8.6. A Retrospective of Moses’ Mission (6:28-7:7)

(28) For when the Lord spoke to Moses in the land of Egypt

(29) and the Lord said to Moses, “I am the Lord; speak to Pharaoh king of Egypt all that I will tell you,”

(30) Moses appealed to the Lord, saying, “See, I am of impeded speech; how then should Pharaoh heed me!”

(7:1) The Lord replied to Moses, “See, I place you in the role of God to Pharaoh, with your brother Aaron as your prophet.

(2) You shall repeat all that I command you, and your brother Aaron shall speak to Pharaoh to let the Israelites depart from his land.

(3) But I will harden Pharaoh’s heart, that I may multiply My signs and marvels in the land of Egypt.

(4) When Pharaoh does not heed you, I will lay My hand upon Egypt and deliver My ranks, My people the Israelites, from the land of Egypt with extraordinary chastisements.

(5) And the Egyptians shall know that I am the Lord, when I stretch out My hand over Egypt and bring out the Israelites from their midst.”

(6) This Moses and Aaron did; as the Lord commanded them, so they did.

(7) Moses was eighty years old and Aaron eighty-three, when they made their demand on Pharaoh.

(28) For when the Lord spoke to Moses in the land of Egypt: After enumerating the genealogy of Moses and Aaron, which reinforces their position within the Jewish nation, the text returns to the narrative of their mission. But it will be described not as it appeared from the “inside” (as in the previous chapter, 6:9-13) – fraught with a multitude of doubts and internal problems – but as it looked from the outside. The difference is quite striking.

(29) And the Lord said to Moses, “I am the Lord; speak to Pharaoh king of Egypt all that I will tell you”: This instruction concerns Pharaoh only. The internal problems of the Jews are not mentioned.

(7:1) The Lord replied to Moses, “See, I place you in the role of God to Pharaoh, with your brother Aaron as your prophet”: In a similar passage above (6:13), Moses’ self-doubt had the effect of diminishing his status with respect to Aaron. But here it is presented as merely a technical problem. Moses’ importance is magnified, while Aaron is included only for transmitting his messages to Pharaoh.

(2) You shall repeat all that I command you, and your brother Aaron shall speak to Pharaoh to let the Israelites depart from his land: Moreover, Moses will receive from God, as He puts it, “all that I command,” which is much more than simply “Let my people go!” That is, Moses will receive from God much more than what Aaron will relay to Pharaoh. Here, Moses’ status is raised yet further, as it were, as compared with that of Aaron.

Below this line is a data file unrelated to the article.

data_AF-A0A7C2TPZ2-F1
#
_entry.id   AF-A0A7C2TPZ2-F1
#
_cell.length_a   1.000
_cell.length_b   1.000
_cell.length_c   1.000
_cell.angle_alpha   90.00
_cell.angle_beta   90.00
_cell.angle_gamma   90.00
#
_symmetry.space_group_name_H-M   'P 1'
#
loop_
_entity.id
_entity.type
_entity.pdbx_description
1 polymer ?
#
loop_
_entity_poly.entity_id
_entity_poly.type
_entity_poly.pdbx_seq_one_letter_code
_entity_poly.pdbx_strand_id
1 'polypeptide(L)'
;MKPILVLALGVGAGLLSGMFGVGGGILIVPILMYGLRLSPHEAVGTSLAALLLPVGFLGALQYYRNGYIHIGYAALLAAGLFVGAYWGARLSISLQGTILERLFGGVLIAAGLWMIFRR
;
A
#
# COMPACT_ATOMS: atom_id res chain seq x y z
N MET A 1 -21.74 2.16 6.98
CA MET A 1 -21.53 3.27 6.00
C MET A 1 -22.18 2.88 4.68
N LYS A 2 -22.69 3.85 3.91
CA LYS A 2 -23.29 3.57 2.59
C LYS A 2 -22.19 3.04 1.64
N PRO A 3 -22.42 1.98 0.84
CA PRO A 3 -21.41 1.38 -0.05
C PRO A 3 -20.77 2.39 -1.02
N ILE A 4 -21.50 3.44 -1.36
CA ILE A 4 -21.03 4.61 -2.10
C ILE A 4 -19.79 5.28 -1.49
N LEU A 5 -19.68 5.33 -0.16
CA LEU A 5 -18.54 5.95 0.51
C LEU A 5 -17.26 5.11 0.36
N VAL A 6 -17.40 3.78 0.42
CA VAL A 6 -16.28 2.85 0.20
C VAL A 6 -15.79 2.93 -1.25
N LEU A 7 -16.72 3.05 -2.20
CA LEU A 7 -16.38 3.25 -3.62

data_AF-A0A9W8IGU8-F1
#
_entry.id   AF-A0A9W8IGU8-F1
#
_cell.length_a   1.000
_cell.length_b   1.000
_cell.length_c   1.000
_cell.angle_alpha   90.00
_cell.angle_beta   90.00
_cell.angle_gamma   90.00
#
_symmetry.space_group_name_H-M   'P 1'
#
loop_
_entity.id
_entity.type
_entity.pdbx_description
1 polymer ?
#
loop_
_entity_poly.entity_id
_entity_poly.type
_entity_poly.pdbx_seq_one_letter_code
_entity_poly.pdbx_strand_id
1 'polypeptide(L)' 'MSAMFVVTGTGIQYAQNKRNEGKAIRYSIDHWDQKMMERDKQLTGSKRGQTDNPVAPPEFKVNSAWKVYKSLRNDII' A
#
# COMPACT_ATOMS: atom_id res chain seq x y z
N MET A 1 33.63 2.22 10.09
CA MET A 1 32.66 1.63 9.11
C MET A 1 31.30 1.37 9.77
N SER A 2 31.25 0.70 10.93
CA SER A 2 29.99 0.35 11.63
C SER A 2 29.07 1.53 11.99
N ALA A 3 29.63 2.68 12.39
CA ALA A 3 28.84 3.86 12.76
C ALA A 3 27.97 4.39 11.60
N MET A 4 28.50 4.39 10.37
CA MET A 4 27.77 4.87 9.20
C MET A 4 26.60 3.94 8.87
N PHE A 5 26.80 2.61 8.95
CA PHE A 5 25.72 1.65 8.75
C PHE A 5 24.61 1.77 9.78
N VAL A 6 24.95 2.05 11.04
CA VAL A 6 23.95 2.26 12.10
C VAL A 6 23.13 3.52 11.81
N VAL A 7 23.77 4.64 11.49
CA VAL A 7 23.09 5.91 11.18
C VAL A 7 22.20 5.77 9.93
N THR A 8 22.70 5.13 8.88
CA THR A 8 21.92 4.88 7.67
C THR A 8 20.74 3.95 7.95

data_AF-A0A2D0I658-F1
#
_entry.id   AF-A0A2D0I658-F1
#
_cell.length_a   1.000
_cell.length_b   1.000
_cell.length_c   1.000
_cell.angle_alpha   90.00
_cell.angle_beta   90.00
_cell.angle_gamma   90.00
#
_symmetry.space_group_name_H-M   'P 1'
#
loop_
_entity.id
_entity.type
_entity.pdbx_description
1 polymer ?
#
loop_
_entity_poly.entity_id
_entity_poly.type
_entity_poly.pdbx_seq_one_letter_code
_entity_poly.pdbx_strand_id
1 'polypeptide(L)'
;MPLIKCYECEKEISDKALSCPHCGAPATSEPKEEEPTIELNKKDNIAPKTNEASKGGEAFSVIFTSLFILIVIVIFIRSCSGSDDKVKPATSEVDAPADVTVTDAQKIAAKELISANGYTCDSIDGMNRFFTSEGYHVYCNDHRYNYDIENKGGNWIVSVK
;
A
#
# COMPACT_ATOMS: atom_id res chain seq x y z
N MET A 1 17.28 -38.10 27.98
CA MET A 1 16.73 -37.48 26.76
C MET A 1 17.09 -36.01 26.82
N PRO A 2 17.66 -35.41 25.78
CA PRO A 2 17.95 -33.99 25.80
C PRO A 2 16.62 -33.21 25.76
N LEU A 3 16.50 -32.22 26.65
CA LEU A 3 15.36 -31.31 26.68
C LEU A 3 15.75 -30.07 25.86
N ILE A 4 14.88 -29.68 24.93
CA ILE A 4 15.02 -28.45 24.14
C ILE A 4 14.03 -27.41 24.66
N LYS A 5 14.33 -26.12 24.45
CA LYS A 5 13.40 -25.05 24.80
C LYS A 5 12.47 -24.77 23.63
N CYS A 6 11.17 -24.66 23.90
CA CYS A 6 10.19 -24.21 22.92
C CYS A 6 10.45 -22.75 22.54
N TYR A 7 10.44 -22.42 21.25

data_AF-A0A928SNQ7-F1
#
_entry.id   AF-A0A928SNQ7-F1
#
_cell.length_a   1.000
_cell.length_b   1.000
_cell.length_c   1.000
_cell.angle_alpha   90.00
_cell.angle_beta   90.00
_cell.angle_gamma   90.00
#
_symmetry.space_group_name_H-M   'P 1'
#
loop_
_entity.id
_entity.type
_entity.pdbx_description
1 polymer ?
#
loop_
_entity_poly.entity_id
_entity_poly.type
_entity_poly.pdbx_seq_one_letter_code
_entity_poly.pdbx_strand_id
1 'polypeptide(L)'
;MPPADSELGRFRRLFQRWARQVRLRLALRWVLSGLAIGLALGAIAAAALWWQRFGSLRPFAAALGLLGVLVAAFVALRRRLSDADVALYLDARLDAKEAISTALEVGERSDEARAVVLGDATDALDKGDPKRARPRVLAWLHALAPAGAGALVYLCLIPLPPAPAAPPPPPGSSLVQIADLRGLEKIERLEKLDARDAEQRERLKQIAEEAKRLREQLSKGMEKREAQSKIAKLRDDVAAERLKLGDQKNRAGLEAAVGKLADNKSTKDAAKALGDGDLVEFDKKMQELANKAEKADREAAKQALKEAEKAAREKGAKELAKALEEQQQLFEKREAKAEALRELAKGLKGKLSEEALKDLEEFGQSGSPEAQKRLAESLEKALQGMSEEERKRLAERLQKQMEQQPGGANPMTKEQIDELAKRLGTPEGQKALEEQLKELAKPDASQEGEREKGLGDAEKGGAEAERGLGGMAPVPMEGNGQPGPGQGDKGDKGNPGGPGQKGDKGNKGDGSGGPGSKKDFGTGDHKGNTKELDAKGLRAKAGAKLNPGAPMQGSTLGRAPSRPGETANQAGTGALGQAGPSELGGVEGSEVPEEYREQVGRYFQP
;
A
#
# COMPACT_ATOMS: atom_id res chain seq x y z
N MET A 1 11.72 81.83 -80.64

(3) But I will harden Pharaoh’s heart, that I may multiply My signs and marvels in the land of Egypt: The “hardening” of Pharaoh’s heart is necessary so that Pharaoh can withstand the plagues, and not crack under the strain, so that the plagues can be brought to completion. As explained earlier, hardening Pharaoh’s heart does not deprive him of his freedom of choice. On the contrary, it allows him to avoid panicking during the plagues, while leaving him free to make his own, independent decisions.

(4) When Pharaoh does not heed you, I will lay My hand upon Egypt and deliver My ranks, My people the Israelites, from the land of Egypt with extraordinary chastisements: In order to make the necessary impression, the Egyptian plagues must be nothing less than “extraordinary.” Otherwise, the Exodus itself will not create the needed impression, and its impact on the world will be likewise much weaker.

(5) And the Egyptians shall know that I am the Lord, when I stretch out My hand over Egypt and bring out the Israelites from their midst: The Torah is emphasizing here that it is the Egyptians, not the Jews, who will first experience the Divine revelation.

(6) This Moses and Aaron did; as the Lord commanded them, so they did: When viewed from the outside, everything seems to go smoothly. There is no mention of hesitations or doubts, or of Moses’ refusals, or that the people are not ready for the Exodus. All we need to know is that God commanded, and Moses and Aaron did exactly as told.

(7) Moses was eighty years old and Aaron eighty-three, when they made their demand on Pharaoh: By indicating the two brothers’ exact ages, the Torah establishes the date of the Exodus in relation to Moses’ birth and life story, as told earlier in this Book. We now also understand how long Moses was living apart from the Jewish people.

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Bible Dynamics, VOL. 2. EXODUS Copyright © by Orot Yerushalaim / P. Polonsky / English translation of the Torah by the Jewish Publication Society, New JPS Translation, 1985. With sincere gratitude for the permission to use. All Rights Reserved.

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